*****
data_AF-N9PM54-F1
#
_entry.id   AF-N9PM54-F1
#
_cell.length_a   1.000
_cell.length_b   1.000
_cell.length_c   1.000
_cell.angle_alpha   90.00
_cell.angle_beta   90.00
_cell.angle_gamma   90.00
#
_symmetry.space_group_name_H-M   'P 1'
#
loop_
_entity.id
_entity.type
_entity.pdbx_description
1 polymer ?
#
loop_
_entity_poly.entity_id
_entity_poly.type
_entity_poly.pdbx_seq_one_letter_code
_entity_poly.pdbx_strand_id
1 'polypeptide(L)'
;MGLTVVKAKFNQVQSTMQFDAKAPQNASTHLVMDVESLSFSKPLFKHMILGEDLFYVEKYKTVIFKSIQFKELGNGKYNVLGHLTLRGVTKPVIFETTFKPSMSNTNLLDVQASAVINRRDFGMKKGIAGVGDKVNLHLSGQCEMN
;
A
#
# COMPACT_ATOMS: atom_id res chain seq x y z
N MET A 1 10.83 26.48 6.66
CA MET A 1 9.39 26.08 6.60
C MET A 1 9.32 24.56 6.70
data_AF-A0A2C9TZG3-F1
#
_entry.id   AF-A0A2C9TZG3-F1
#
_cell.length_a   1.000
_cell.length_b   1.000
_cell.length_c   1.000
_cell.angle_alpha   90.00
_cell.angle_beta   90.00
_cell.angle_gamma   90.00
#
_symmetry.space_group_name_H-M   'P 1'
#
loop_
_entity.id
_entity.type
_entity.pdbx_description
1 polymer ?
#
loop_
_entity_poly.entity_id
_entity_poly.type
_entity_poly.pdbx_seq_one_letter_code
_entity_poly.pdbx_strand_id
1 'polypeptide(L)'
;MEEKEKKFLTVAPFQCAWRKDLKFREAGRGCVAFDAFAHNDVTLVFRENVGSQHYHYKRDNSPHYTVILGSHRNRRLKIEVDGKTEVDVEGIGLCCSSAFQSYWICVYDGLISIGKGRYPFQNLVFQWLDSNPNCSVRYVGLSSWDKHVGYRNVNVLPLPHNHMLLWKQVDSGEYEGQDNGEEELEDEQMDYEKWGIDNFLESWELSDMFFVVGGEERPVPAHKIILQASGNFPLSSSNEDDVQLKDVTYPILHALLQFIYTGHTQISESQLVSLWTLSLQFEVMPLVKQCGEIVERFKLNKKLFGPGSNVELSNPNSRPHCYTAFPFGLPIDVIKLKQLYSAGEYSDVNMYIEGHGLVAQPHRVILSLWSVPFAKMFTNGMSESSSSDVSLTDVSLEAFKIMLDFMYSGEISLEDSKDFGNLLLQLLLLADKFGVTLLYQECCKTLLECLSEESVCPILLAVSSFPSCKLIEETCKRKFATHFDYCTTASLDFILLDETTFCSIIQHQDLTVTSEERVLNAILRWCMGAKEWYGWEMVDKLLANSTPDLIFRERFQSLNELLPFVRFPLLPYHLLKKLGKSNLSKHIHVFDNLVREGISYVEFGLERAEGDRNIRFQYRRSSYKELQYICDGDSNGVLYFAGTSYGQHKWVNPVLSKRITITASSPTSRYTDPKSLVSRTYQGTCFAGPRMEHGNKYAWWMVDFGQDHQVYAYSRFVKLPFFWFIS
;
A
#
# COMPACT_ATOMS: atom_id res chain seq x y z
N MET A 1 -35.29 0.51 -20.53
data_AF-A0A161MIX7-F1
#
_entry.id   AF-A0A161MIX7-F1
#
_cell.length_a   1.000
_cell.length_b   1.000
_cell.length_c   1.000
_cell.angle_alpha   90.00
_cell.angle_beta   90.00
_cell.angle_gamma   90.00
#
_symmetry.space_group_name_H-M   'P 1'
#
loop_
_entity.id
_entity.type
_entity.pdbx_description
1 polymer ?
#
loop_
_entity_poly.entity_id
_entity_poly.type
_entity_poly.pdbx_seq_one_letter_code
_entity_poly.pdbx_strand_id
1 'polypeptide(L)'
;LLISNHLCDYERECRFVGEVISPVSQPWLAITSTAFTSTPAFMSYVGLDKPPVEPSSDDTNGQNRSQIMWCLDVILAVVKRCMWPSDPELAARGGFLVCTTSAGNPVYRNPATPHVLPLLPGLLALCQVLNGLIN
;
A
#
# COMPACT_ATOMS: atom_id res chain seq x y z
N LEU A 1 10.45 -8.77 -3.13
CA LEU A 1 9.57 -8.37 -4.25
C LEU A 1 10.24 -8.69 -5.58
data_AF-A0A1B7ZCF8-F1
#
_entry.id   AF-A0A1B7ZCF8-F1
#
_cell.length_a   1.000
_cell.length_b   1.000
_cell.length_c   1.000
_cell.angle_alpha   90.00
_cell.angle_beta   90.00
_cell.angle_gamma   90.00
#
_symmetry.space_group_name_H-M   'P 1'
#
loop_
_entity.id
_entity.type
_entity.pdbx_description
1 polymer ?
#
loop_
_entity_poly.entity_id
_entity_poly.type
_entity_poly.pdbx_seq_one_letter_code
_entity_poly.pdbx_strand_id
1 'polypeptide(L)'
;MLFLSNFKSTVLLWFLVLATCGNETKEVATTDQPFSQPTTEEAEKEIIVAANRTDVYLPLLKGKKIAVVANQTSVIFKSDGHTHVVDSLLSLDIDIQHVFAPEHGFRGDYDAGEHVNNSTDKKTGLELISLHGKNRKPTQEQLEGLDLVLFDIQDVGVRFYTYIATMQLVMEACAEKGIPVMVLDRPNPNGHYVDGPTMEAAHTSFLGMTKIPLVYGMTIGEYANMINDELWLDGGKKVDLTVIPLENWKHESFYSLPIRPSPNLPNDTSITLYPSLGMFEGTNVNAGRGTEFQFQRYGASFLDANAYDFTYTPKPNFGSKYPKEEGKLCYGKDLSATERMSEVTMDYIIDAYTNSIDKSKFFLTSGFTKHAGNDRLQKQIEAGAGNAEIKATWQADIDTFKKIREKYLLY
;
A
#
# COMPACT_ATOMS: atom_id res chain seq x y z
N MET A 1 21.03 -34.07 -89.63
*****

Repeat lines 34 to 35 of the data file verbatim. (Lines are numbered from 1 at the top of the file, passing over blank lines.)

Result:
data_AF-A0A2C9TZG3-F1
#